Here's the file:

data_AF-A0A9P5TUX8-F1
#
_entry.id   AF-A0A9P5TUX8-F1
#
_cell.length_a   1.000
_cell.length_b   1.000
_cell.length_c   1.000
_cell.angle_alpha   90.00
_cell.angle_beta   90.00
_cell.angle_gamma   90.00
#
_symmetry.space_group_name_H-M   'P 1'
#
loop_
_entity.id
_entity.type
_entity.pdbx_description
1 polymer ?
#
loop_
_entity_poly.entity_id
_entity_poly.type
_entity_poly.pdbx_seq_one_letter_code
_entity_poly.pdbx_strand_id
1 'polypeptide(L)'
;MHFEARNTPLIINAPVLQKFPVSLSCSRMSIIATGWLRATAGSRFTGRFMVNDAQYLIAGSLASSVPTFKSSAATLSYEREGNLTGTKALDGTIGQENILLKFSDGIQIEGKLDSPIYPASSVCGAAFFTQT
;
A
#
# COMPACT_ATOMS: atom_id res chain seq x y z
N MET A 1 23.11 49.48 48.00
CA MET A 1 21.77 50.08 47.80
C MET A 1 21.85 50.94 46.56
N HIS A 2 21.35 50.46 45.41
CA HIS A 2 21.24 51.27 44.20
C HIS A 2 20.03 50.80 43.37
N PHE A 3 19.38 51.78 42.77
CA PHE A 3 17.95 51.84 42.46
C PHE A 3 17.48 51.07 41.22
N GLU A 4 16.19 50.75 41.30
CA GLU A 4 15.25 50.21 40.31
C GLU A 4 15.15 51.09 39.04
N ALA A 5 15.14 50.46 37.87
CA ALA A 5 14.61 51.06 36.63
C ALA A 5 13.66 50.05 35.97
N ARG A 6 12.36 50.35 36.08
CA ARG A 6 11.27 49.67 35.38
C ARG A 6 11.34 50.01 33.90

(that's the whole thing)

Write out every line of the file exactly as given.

data_AF-A0A9P5TUX8-F1
#
_entry.id   AF-A0A9P5TUX8-F1
#
_cell.length_a   1.000
_cell.length_b   1.000
_cell.length_c   1.000
_cell.angle_alpha   90.00
_cell.angle_beta   90.00
_cell.angle_gamma   90.00
#
_symmetry.space_group_name_H-M   'P 1'
#
loop_
_entity.id
_entity.type
_entity.pdbx_description
1 polymer ?
#
loop_
_entity_poly.entity_id
_entity_poly.type
_entity_poly.pdbx_seq_one_letter_code
_entity_poly.pdbx_strand_id
1 'polypeptide(L)'
;MHFEARNTPLIINAPVLQKFPVSLSCSRMSIIATGWLRATAGSRFTGRFMVNDAQYLIAGSLASSVPTFKSSAATLSYEREGNLTGTKALDGTIGQENILLKFSDGIQIEGKLDSPIYPASSVCGAAFFTQT
;
A
#
# COMPACT_ATOMS: atom_id res chain seq x y z
N MET A 1 23.11 49.48 48.00
CA MET A 1 21.77 50.08 47.80
C MET A 1 21.85 50.94 46.56
N HIS A 2 21.35 50.46 45.41
CA HIS A 2 21.24 51.27 44.20
C HIS A 2 20.03 50.80 43.37
N PHE A 3 19.38 51.78 42.77
CA PHE A 3 17.95 51.84 42.46
C PHE A 3 17.48 51.07 41.22
N GLU A 4 16.19 50.75 41.30
CA GLU A 4 15.25 50.21 40.31
C GLU A 4 15.15 51.09 39.04
N ALA A 5 15.14 50.46 37.87
CA ALA A 5 14.61 51.06 36.63
C ALA A 5 13.66 50.05 35.97
N ARG A 6 12.36 50.35 36.08
CA ARG A 6 11.27 49.67 35.38
C ARG A 6 11.34 50.01 33.90